Authors : Michael Bessell & Simon Murphy
First Author’s Institution : RSAA, Mount Stromlo Observatory, The Australian National University, ACT 2611, Australia
Sounds like a simple question. When you go out and look at the stars at night with your naked eye, you might be able to pretty easily sort out which stars are the brightest, which are the faintest, and come up with some ranking of them for those in between.
Now, do this with telescopes, and instead of just saying “this one is brighter than that one,” make some quantitative statement as to how much brighter one star is than the next. If everyone used the same telescope, it would be relatively straightforward to compare measurements of flux as registered as events on the detector of our camera (which is essentially what happens with our aforementioned naked-eye measurements). However, the question becomes more complicated when people start using different telescopes and detectors that have varying sensitivities to different colors of light.
The practice of measuring the brightness of an astronomical object is called photometry. Accurate photometric measurements are supremely important for measuring the Type Ia supernovae that are part of the cosmic distance ladder, measurements of exoplanet transits, variable stars and quasars, and generally nearly any field of observational astronomy.
In their new paper on the arXiv, Bessell and Murphy use spectrophotometric data from the Next Generation Spectral Library (NGSL) and the Medium Resolution INT Library of Empirical Spectra (MILES) to evaluate the accuracy of some current photometric practices. These libraries are of moderate resolution, flux-calibrated spectra of stars, many of which are “standard stars” that define photometric systems (Figure 1).
Astronomers like to measure the flux from astronomical objects through filters, which block out certain wavelengths of light and allow others to pass through. The most commonly used photometric filters are broadband filters like the Johnson-Cousins UBV RI filter set. These filters are defined by system response functions, which is the sensitivity of your instrument to light as a function of wavelength (Figure 2). So, when you use a telescope with a filter to make photometric measurements of an astronomical object, you are (ideally) sampling the spectrum of the astronomical object weighted by the system response function as a function of wavelength.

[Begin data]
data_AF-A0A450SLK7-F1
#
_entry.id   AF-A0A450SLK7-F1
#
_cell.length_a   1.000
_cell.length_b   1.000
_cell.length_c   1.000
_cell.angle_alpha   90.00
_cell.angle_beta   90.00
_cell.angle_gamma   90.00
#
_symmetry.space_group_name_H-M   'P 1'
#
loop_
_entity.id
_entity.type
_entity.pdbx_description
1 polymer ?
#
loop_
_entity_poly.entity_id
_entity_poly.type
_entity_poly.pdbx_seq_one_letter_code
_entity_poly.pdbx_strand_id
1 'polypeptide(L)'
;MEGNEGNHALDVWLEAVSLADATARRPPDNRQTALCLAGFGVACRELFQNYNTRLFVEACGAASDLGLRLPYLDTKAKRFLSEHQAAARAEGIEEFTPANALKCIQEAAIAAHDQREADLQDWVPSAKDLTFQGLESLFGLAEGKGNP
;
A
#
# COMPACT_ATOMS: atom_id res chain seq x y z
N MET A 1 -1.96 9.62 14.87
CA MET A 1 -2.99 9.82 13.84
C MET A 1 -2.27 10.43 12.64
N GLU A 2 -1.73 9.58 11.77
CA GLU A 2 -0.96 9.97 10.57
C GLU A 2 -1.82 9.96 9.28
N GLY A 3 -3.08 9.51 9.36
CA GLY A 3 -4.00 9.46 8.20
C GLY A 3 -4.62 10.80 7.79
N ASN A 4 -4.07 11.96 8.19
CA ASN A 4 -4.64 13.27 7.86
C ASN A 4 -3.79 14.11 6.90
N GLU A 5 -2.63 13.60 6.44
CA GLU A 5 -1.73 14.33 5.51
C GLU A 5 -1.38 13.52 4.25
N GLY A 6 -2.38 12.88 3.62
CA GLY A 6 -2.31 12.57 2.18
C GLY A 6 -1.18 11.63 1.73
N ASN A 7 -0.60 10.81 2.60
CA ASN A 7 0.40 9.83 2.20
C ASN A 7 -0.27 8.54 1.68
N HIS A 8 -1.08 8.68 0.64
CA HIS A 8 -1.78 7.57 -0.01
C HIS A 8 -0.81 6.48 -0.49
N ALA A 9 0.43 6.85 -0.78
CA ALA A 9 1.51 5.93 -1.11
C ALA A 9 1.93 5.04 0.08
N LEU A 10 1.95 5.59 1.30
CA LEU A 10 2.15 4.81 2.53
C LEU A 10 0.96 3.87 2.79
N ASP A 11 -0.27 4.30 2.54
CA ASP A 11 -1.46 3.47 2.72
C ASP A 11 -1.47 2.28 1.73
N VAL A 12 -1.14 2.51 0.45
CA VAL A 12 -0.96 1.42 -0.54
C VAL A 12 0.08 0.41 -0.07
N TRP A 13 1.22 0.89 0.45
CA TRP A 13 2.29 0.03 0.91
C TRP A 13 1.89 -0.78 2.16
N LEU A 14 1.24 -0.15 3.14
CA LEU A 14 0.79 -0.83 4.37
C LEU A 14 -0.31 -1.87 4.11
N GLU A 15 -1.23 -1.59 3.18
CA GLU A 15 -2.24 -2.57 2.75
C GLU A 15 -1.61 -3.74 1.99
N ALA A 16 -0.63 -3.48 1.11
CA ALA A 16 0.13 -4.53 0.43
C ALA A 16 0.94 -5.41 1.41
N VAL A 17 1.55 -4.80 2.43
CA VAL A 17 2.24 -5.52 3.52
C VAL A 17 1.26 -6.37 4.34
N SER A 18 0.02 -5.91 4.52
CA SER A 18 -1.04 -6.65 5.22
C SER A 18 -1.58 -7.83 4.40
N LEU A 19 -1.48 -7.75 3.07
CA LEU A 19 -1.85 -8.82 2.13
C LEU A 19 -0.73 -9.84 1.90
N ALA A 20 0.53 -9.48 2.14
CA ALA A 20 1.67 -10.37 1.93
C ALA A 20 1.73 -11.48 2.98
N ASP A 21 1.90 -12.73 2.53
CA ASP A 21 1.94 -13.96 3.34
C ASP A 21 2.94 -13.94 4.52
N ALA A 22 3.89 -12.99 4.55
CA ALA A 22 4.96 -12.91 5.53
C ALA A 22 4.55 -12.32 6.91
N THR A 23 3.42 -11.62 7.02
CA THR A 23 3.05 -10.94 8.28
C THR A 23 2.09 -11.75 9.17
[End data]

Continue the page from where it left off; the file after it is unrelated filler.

In actuality, however, each filter on camera on each different telescope has a slightly different response function due to the difficulties of manufacturing identical instruments. Therefore, when astronomers do photometry they must observe a standard field of stars and compare the values of their measurements to the published values in order to determine just how their different their instrumental setup is from the ideal case. In this way, astronomers arrive at a measurement of the magnitude of an astrophysical source, which is related to the flux measured by a telescope.
The zero-point (ZP) is an offset used to correct an “instrumental magnitude” measured by your specific telescope to an actual, standard magnitude. There are also color terms, extinction, and airmass terms that are needed to make these transformations, that won’t be mentioned here, but are further discussed in greater detail in Phil Massey’s tutorial on how to do photometry with IRAF, a software program used for the reduction of optical data.
The magnitude is defined as
Here we see that our photometric measurement is the spectrum of the astronomical object weighted by the system response function (for a given photometric filter, ) as a function of frequency . Most optical astronomers measure the brightness of astronomical objects in “AB magnitudes,” which are defined as . The strange zero-point comes from the fact that the AB system is tied to the flux measurement of Vega (one of the brightest stars in the sky) at . The reason for the sometimes confusing interchange of frequency and wavelength throughout this paper is due to the fact that the AB magnitude system is defined using frequency, while most optical spectra are reported using wavelength. However, just remember that , , and that , where is the speed of light.
We can define the mean photon wavelength of the passband as
We can define an effective wavelength as
The spectrum of Vega is shown in Figure 3 with the mean photon wavelength and effective wavelength labeled.
Given the history of photometric measurements recorded in the astrophysical literature, there should exist some theoretical passband (the system response function ) that, when used to “observe” standard spectra (such as those from NGSL and MILES) via synthetic photometry, would reproduce the actual photometric measurements recorded in the literature to within an acceptable error. The authors do exactly this in order to determine the passbands implied by the reported values of photometric measurements in the literature (Figure 2).